Description of residence for Henslow's Sparrow (Ammodramus henslowii) in Canada
Section 33 of the Species at Risk Act (SARA) prohibits damaging or destroying the residence of a listed threatened, endangered, or extirpated species. SARA defines residence as: “a dwelling-place, such as a den, nest or other similar area or place, that is occupied or habitually occupied by one or more individuals during all or part of their life cycles, including breeding, rearing, staging, wintering, feeding or hibernating” [s.2(1)]. With respect to a listed wildlife species that is an aquatic species or a species of bird protected under the Migratory Birds Convention Act, 1994, the prohibition applies wherever residence of the species is found. For any other listed wildlife species, the prohibition applies automatically when the residence of the species is on federal lands and will only apply on non-federal lands if an order is made pursuant to sections 34 or 35 of SARA. Under section 97 of SARA every person who contravenes section 33 of the Act commits an offence.
The following is a description of residence for the Henslow’s sparrow (Ammodramus henslowii), created for the purposes of increasing public awareness and aiding enforcement of the above prohibition. Henslow’s sparrows are known to have one type of residence -- the nest.
- Scientific name
- Ammodramus henslowii
- Common name
- Henslow's sparrow
- Current COSEWIC status & year of designation
- Endangered 2000
- Range in Canada
- Ontario (no map available)
- Rationale for status
- This species has disappeared from most of its former limited range in Canada. Birds were only documented at nine locations in the 2001-2005 Ontario Breeding Bird Atlas. Habitat loss and degradation have largely induced the population decline.
1 The nest
Physical appearance and context
Henslow’s sparrows nest in tall grass prairie communities and agricultural areas such as abandoned fields, ungrazed or lightly grazed pasture, fallow hayfields with high clover and alfalfa content, grassy swales in open rolling farmland, wet meadows, and infrequently mowed fieldsFootnote 1. Their preferred nesting habitat can be characterized as relatively large fields (>30 ha) with tall (approx 0.5 m) dense grass, a well developed litter layer, standing dead vegetation, and sparse woody vegetationFootnote 1,Footnote 2,Footnote 3. Such areas are usually characterized by a high percentage of grasses and scattered forbs, a thick mat of ground cover from previous years’ vegetation, and no current disturbance in the form of grazing livestockFootnote 2. Nests, typically constructed out of dead vegetation, are well hidden at the base of grass clumps in areas of thick litter, and are not fastened to standing vegetationFootnote 1,Footnote 2. Lined with hair, the nest is partially domed over with surrounding grassesFootnote 4. The bottom of the cup-shaped nest ranges from one to several cm above ground Footnote 1,Footnote 2.
The nest provides a container in which adult Henslow’s sparrows lay and incubate eggs, and rear hatchlings. The adult female builds the nest (4-6 days)Footnote 1,Footnote 2, and lays one egg per day (clutch size is 3-5 eggs). Eggs are creamy white or pale greenish white in colour with speckles, spots, or large blotches of reddish brown or gray concentrated at the larger end, often forming a wreathFootnote 2. The adult female incubates eggs for 10-11 days and broods hatchlings for 4-5 days; both parents feed nestlingsFootnote 2. Young leave the nest site at 9-10 daysFootnote 2.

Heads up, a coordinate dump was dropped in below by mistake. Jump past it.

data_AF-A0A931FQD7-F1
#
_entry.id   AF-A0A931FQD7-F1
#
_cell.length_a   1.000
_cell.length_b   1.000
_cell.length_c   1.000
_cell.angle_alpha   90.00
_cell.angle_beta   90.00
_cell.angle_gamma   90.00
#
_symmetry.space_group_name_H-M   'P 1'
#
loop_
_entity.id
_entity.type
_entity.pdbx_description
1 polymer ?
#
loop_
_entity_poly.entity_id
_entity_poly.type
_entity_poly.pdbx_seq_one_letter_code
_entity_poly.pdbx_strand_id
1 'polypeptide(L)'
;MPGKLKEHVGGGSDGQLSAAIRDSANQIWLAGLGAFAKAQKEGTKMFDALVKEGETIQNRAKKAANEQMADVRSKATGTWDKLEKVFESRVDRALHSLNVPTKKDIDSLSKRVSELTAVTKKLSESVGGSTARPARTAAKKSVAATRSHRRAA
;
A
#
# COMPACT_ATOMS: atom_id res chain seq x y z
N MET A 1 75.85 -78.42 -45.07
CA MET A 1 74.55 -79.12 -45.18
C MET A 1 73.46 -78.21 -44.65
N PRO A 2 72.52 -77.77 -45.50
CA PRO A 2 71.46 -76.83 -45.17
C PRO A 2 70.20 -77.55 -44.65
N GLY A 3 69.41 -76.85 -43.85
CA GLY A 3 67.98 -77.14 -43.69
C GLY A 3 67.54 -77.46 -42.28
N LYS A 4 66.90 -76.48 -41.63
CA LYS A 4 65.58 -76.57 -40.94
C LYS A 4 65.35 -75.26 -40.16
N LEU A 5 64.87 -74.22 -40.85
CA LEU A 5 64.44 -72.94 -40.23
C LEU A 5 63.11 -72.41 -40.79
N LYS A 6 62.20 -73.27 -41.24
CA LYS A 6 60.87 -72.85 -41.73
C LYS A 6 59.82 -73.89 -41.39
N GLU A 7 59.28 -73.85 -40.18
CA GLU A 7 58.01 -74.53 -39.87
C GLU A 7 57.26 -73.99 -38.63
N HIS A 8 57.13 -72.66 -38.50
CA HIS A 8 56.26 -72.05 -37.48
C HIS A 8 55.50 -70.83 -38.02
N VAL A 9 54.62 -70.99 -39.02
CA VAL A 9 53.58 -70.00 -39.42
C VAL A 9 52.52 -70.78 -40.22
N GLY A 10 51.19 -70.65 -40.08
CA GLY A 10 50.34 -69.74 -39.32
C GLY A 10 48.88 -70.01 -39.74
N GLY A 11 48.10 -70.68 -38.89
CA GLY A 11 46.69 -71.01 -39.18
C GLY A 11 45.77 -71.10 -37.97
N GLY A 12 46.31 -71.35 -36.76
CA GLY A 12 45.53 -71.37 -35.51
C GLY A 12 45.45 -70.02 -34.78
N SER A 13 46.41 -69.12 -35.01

Damage/destruction of residence
Any activity that moves or otherwise disturbs the eggs or nest, changes the microclimate of the nest, or blocks access to the nest could result in damage or destruction of the residence. Agricultural activities that disturb ground vegetation such as grazing, burning, ploughing, tilling, or chemical spraying may damage or destroy the residence if performed during the nesting period.
Period and frequency of occupancy
Henslow’s sparrows return to Canadian breeding grounds in late April to early May, with nest building commencing shortly thereafterFootnote 1. It is unknown if this species double broods in Ontario, but they will renest if the first nest attempt failsFootnote 1, so nesting activity could continue into late August. Birds will nest in the same area as in previous years, often close to the previous year’s nestFootnote 2. The nest site should be protected as a residence from late April until the end of August.
For more information on the Henslow’s Sparrow, please visit the species' profile.
For more information on SARA, please visit the SAR Registry.
Please cite this document as:
Government of Canada. Species at Risk Act Public Registry. Residence Descriptions. Description of residence for Henslow’s Sparrow (Ammodramus henslowii) in Canada. December 2006.
- Footnote 1
Austen, M. 1997. National Recovery Plan for Henslow’s Sparrow. RENEW Report No. 17.
- Footnote 2
Herkert, J. R., P. D. Vickery, and D. E. Kroodsma. 2002. Henslow’s Sparrow. The Birds of North America, No. 672.
- Footnote 3
Herkert, J. R. 2003. Effects of management practices on grassland birds: Henslow’s Sparrow. Northern Prairie Wildlife Research Center, Jamestown, ND. James town, ND: Northern Prairie Wildlife Research Center Home Page.
- Footnote 4
- Date Modified: